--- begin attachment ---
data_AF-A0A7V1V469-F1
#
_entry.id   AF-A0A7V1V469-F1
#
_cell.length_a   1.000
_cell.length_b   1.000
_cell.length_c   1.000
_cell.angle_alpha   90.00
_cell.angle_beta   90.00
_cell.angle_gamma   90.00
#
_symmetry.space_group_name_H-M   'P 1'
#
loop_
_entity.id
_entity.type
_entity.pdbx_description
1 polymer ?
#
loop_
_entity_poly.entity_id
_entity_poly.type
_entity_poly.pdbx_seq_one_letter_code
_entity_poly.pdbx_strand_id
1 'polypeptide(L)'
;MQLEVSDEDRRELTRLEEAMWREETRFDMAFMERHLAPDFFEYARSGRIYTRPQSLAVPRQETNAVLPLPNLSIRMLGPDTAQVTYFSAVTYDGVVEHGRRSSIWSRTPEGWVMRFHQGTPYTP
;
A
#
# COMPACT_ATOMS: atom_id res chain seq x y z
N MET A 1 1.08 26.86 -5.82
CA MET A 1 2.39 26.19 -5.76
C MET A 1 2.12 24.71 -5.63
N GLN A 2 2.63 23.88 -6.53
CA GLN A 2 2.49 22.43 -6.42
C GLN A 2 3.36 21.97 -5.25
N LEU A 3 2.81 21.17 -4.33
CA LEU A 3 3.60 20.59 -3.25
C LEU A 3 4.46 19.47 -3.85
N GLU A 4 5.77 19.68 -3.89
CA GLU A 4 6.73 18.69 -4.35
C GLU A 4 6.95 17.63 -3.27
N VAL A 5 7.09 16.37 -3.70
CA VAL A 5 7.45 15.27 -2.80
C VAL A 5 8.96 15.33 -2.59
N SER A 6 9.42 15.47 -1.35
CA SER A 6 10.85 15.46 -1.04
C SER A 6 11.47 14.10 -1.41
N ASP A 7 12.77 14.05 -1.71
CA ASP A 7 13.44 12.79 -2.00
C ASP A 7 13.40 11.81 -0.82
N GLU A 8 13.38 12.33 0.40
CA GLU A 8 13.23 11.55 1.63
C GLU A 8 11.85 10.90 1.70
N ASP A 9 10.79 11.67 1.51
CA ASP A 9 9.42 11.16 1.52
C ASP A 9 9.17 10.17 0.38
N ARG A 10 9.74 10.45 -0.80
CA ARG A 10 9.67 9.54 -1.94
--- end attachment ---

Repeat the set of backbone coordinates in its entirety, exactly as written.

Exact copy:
data_AF-A0A7V1V469-F1
#
_entry.id   AF-A0A7V1V469-F1
#
_cell.length_a   1.000
_cell.length_b   1.000
_cell.length_c   1.000
_cell.angle_alpha   90.00
_cell.angle_beta   90.00
_cell.angle_gamma   90.00
#
_symmetry.space_group_name_H-M   'P 1'
#
loop_
_entity.id
_entity.type
_entity.pdbx_description
1 polymer ?
#
loop_
_entity_poly.entity_id
_entity_poly.type
_entity_poly.pdbx_seq_one_letter_code
_entity_poly.pdbx_strand_id
1 'polypeptide(L)'
;MQLEVSDEDRRELTRLEEAMWREETRFDMAFMERHLAPDFFEYARSGRIYTRPQSLAVPRQETNAVLPLPNLSIRMLGPDTAQVTYFSAVTYDGVVEHGRRSSIWSRTPEGWVMRFHQGTPYTP
;
A
#
# COMPACT_ATOMS: atom_id res chain seq x y z
N MET A 1 1.08 26.86 -5.82
CA MET A 1 2.39 26.19 -5.76
C MET A 1 2.12 24.71 -5.63
N GLN A 2 2.63 23.88 -6.53
CA GLN A 2 2.49 22.43 -6.42
C GLN A 2 3.36 21.97 -5.25
N LEU A 3 2.81 21.17 -4.33
CA LEU A 3 3.60 20.59 -3.25
C LEU A 3 4.46 19.47 -3.85
N GLU A 4 5.77 19.68 -3.89
CA GLU A 4 6.73 18.69 -4.35
C GLU A 4 6.95 17.63 -3.27
N VAL A 5 7.09 16.37 -3.70
CA VAL A 5 7.45 15.27 -2.80
C VAL A 5 8.96 15.33 -2.59
N SER A 6 9.42 15.47 -1.35
CA SER A 6 10.85 15.46 -1.04
C SER A 6 11.47 14.10 -1.41
N ASP A 7 12.77 14.05 -1.71
CA ASP A 7 13.44 12.79 -2.00
C ASP A 7 13.40 11.81 -0.82
N GLU A 8 13.38 12.33 0.40
CA GLU A 8 13.23 11.55 1.63
C GLU A 8 11.85 10.90 1.70
N ASP A 9 10.79 11.67 1.51
CA ASP A 9 9.42 11.16 1.52
C ASP A 9 9.17 10.17 0.38
N ARG A 10 9.74 10.45 -0.80
CA ARG A 10 9.67 9.54 -1.94